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Michael Ignatieff commits to Canada’s first National Food Policy

Posted on April 26, 2010
ruralcanadamatters

Rural Canada matters for healthy home-grown food

KING TOWNSHIP, ON – Following a tour of Holland Acres farm, Liberal Leader Michael Ignatieff committed to helping Canadians eat healthier, home-grown food through a new National Food Policy based on healthy eating, safe food, sustainable farm incomes, environmental farmland stewardship and international leadership.

“We need more home-grown food on Canadian tables – because our health and our economy depend on it,” said Mr. Ignatieff.  “Our farmers produce the healthiest, safest, highest-quality foods in the world – and we’ll help them get more of their products on our tables with Canada’s first comprehensive National Food Policy.”

While farmers and our agri-food sector provide one out of every eight jobs and generate $42 billion in annual economic activity, the economic crisis has strained the pillar of our rural communities – our farms – to the breaking point.

Mr. Ignatieff pledged that a future Liberal government will implement Canada’s first comprehensive National Food Policy focusing on five areas for action:

•    Healthy living, including an $80-million Buy Local Fund to promote farmers’ markets and home-grown foods, a $40-million Healthy Start program to help 250,000 low-income children access healthy foods, introducing progressive health labelling and tough standards on trans fats, and launching a Healthy Choices program to help Canadians make informed eating decisions;

•    Safe food, by implementing all of the Weatherill Report recommendations and investing $50 million in improving food inspections and ensuring imported foods meet our tough domestic standards;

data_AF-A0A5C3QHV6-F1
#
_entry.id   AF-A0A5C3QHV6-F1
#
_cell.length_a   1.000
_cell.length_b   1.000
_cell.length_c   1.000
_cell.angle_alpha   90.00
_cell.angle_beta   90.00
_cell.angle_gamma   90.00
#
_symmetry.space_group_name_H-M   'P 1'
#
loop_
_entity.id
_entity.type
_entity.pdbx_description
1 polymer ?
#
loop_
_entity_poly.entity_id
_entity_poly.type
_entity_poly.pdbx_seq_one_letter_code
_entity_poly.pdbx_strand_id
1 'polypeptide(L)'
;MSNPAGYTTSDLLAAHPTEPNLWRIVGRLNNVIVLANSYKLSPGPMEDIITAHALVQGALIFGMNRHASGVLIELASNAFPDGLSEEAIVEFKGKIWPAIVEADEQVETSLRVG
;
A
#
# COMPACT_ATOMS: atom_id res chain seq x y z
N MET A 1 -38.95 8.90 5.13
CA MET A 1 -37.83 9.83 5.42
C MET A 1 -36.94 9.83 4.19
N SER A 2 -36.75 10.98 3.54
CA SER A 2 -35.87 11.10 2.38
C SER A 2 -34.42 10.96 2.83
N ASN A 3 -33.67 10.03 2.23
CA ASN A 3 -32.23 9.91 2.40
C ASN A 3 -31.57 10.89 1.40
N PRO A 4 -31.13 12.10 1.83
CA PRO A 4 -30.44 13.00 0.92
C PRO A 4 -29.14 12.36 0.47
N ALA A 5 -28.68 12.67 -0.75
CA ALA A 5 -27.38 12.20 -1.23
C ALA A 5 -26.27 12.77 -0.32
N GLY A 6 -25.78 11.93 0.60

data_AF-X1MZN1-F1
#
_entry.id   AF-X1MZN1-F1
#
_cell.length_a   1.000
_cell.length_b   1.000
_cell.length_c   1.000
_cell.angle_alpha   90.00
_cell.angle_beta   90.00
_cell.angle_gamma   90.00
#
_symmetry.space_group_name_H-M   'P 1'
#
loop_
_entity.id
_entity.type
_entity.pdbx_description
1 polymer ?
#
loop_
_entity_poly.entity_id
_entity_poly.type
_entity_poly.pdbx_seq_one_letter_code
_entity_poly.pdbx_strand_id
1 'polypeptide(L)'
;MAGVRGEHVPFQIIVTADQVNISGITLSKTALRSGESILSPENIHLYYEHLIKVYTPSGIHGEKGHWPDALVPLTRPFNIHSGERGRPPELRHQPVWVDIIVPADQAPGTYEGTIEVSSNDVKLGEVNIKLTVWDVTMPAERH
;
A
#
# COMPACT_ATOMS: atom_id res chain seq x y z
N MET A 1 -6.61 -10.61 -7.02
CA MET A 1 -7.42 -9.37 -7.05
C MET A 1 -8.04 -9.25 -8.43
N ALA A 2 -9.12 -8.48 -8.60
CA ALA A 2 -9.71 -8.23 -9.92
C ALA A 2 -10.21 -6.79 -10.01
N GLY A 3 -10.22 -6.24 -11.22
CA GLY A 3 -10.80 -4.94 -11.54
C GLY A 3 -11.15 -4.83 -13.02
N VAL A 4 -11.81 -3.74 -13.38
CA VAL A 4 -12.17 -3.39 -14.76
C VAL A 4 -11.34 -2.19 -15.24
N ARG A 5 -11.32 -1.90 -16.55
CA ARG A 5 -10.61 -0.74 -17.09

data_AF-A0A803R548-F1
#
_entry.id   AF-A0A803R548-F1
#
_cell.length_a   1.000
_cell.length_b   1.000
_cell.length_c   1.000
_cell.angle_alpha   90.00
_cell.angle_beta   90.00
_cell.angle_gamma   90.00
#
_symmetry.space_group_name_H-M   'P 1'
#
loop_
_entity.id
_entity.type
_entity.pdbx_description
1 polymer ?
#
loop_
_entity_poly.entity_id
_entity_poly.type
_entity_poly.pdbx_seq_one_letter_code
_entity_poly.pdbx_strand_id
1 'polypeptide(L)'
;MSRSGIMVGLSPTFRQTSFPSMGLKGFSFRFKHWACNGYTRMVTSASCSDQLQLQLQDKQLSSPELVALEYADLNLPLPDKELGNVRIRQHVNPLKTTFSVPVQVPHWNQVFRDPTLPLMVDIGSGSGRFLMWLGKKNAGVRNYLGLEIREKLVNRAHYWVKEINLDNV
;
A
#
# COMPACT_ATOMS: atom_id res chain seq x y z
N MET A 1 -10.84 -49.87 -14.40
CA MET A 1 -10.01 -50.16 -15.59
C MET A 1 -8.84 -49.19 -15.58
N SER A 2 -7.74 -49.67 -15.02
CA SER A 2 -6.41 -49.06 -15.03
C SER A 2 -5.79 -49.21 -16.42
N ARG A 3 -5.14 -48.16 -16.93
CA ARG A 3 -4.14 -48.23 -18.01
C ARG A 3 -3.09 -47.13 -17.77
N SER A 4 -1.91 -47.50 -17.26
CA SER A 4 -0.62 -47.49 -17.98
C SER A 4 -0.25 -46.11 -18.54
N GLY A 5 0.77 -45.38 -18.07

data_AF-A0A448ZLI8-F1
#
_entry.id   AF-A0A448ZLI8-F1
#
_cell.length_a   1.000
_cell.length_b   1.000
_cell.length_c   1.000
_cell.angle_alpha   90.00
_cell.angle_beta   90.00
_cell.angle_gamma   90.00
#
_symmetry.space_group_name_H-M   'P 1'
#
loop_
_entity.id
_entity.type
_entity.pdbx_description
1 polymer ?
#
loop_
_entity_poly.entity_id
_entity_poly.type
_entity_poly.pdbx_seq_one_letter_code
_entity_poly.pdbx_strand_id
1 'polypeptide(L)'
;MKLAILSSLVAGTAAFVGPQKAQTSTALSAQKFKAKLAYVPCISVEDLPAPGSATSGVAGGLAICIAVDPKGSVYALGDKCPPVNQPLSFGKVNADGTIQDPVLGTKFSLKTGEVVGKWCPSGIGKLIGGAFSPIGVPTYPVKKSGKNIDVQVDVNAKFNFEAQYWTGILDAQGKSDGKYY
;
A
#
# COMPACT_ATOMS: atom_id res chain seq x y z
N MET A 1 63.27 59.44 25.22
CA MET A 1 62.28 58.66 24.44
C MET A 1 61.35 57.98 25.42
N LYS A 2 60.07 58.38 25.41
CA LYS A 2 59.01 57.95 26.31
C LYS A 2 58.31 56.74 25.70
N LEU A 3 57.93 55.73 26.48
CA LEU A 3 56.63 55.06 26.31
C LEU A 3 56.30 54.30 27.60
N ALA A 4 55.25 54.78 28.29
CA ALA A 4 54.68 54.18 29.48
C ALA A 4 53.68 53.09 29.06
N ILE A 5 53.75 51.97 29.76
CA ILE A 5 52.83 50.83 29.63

•    Sustainable farm incomes, with a Clean Slate Commitment to build practical, bankable farm programs in partnership with farmers and restore AgriFlex to offer regionally flexible programs that help meet the costs of production;

•    Environmental farmland stewardship, by strengthening Environmental Farm Plans, improving fertilizer and pesticide management, and rewarding farmers for their role in clean energy production and protecting wildlife habitat; and

•    International leadership, to promote Canadian food internationally and expand Canada’s share of high-value export markets while also fostering food security in Africa and the world’s poorest nations.

“We can’t prevent disease, fight obesity or control health care costs if we don’t get more healthy home-grown food on our tables,” said Liberal Health Critic Dr. Carolyn Bennett.  “Our farmers will be central to meeting the health care challenge of the next decade.”

“We’re working with farmers to build new farm programs from the farm up, and not Ottawa down,” said Liberal Agriculture Critic Wayne Easter. “Farmers have told us that a new National Food Policy must wipe the slate clean to create regionally flexible programs by farmers, for farmers.”

The National Food Policy is the second part of the Liberal Party’s “Rural Canada Matters” initiative.  Mr. Ignatieff recently announced the Liberal Party’s plan to help attract doctors and nurses to underserved rural communities.

“We’re presenting Canadians with a clear choice,” said Mr. Ignatieff.  “The Liberal choice is to pay down the deficit and invest in priorities like a comprehensive National Food Policy, while Stephen Harper has chosen more tax cuts for corporations that our country and our families can’t afford.”

At the recent Canada at 150 conference, Mr. Ignatieff announced that a Liberal government will freeze corporate income tax rates in Canada.  The Harper Conservative government’s priority is to continue cutting Canada’s corporate income tax rates – already among the lowest in the G7 – from 18% to 15% when our country can’t afford to.  A Liberal government would use the savings from a corporate income tax freeze – between $5 billion and $6 billion a year – to invest in deficit reduction and economic initiatives like the National Food Policy announced today.

Background:
Highlights of the Liberal plan for Canada’s first National Food Policy

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